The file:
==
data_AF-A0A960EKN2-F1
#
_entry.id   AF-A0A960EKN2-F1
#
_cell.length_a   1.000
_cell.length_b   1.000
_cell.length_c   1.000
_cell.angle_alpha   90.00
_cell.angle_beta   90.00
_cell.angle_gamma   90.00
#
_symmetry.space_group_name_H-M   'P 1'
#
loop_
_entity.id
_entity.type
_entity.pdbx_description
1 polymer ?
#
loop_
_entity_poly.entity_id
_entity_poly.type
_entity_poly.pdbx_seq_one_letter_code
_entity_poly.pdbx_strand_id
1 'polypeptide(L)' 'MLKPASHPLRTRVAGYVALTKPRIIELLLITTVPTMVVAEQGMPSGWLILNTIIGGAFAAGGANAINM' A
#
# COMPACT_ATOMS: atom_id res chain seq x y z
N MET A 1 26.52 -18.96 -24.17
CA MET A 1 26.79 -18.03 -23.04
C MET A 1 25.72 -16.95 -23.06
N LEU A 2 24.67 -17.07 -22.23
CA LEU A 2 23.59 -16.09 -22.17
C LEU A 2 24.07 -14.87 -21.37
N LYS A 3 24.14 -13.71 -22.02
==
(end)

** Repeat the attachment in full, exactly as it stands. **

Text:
data_AF-A0A960EKN2-F1
#
_entry.id   AF-A0A960EKN2-F1
#
_cell.length_a   1.000
_cell.length_b   1.000
_cell.length_c   1.000
_cell.angle_alpha   90.00
_cell.angle_beta   90.00
_cell.angle_gamma   90.00
#
_symmetry.space_group_name_H-M   'P 1'
#
loop_
_entity.id
_entity.type
_entity.pdbx_description
1 polymer ?
#
loop_
_entity_poly.entity_id
_entity_poly.type
_entity_poly.pdbx_seq_one_letter_code
_entity_poly.pdbx_strand_id
1 'polypeptide(L)' 'MLKPASHPLRTRVAGYVALTKPRIIELLLITTVPTMVVAEQGMPSGWLILNTIIGGAFAAGGANAINM' A
#
# COMPACT_ATOMS: atom_id res chain seq x y z
N MET A 1 26.52 -18.96 -24.17
CA MET A 1 26.79 -18.03 -23.04
C MET A 1 25.72 -16.95 -23.06
N LEU A 2 24.67 -17.07 -22.23
CA LEU A 2 23.59 -16.09 -22.17
C LEU A 2 24.07 -14.87 -21.37
N LYS A 3 24.14 -13.71 -22.02